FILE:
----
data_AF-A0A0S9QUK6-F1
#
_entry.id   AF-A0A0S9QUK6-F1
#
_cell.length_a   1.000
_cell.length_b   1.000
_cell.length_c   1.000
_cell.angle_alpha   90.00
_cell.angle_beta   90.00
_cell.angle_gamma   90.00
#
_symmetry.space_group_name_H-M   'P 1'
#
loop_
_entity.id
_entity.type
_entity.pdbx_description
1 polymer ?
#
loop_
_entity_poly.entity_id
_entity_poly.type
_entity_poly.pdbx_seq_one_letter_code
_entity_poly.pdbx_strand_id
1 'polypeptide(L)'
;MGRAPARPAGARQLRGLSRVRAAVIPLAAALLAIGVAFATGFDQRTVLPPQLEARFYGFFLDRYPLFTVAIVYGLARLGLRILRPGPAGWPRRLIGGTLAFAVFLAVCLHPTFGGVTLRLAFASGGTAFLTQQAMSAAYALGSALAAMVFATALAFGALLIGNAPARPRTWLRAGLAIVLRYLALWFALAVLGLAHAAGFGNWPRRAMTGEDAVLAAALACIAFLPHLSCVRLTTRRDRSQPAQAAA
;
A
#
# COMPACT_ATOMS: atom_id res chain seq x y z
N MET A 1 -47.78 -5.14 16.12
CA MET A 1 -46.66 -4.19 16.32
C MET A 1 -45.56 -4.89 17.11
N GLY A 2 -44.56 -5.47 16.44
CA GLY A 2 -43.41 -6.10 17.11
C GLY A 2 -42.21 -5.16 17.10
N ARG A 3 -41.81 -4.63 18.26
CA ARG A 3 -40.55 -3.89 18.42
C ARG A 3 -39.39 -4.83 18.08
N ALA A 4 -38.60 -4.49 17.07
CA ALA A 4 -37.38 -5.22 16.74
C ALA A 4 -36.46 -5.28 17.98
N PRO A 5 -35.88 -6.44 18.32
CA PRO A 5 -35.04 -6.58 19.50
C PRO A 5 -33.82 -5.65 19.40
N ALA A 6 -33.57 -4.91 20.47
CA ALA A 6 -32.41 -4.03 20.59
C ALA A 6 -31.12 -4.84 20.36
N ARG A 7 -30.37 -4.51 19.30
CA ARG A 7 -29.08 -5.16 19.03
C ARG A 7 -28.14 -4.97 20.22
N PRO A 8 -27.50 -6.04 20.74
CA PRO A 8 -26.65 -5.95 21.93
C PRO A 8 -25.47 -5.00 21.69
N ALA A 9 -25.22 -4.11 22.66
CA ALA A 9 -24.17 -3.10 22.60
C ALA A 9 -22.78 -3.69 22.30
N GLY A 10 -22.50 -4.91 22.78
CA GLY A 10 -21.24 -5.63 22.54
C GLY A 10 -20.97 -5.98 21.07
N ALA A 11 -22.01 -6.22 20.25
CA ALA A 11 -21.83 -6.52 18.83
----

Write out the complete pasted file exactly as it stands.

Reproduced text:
data_AF-A0A0S9QUK6-F1
#
_entry.id   AF-A0A0S9QUK6-F1
#
_cell.length_a   1.000
_cell.length_b   1.000
_cell.length_c   1.000
_cell.angle_alpha   90.00
_cell.angle_beta   90.00
_cell.angle_gamma   90.00
#
_symmetry.space_group_name_H-M   'P 1'
#
loop_
_entity.id
_entity.type
_entity.pdbx_description
1 polymer ?
#
loop_
_entity_poly.entity_id
_entity_poly.type
_entity_poly.pdbx_seq_one_letter_code
_entity_poly.pdbx_strand_id
1 'polypeptide(L)'
;MGRAPARPAGARQLRGLSRVRAAVIPLAAALLAIGVAFATGFDQRTVLPPQLEARFYGFFLDRYPLFTVAIVYGLARLGLRILRPGPAGWPRRLIGGTLAFAVFLAVCLHPTFGGVTLRLAFASGGTAFLTQQAMSAAYALGSALAAMVFATALAFGALLIGNAPARPRTWLRAGLAIVLRYLALWFALAVLGLAHAAGFGNWPRRAMTGEDAVLAAALACIAFLPHLSCVRLTTRRDRSQPAQAAA
;
A
#
# COMPACT_ATOMS: atom_id res chain seq x y z
N MET A 1 -47.78 -5.14 16.12
CA MET A 1 -46.66 -4.19 16.32
C MET A 1 -45.56 -4.89 17.11
N GLY A 2 -44.56 -5.47 16.44
CA GLY A 2 -43.41 -6.10 17.11
C GLY A 2 -42.21 -5.16 17.10
N ARG A 3 -41.81 -4.63 18.26
CA ARG A 3 -40.55 -3.89 18.42
C ARG A 3 -39.39 -4.83 18.08
N ALA A 4 -38.60 -4.49 17.07
CA ALA A 4 -37.38 -5.22 16.74
C ALA A 4 -36.46 -5.28 17.98
N PRO A 5 -35.88 -6.44 18.32
CA PRO A 5 -35.04 -6.58 19.50
C PRO A 5 -33.82 -5.65 19.40
N ALA A 6 -33.57 -4.91 20.47
CA ALA A 6 -32.41 -4.03 20.59
C ALA A 6 -31.12 -4.84 20.36
N ARG A 7 -30.37 -4.51 19.30
CA ARG A 7 -29.08 -5.16 19.03
C ARG A 7 -28.14 -4.97 20.22
N PRO A 8 -27.50 -6.04 20.74
CA PRO A 8 -26.65 -5.95 21.93
C PRO A 8 -25.47 -5.00 21.69
N ALA A 9 -25.22 -4.11 22.66
CA ALA A 9 -24.17 -3.10 22.60
C ALA A 9 -22.78 -3.69 22.30
N GLY A 10 -22.50 -4.91 22.78
CA GLY A 10 -21.24 -5.63 22.54
C GLY A 10 -20.97 -5.98 21.07
N ALA A 11 -22.01 -6.22 20.25
CA ALA A 11 -21.83 -6.52 18.83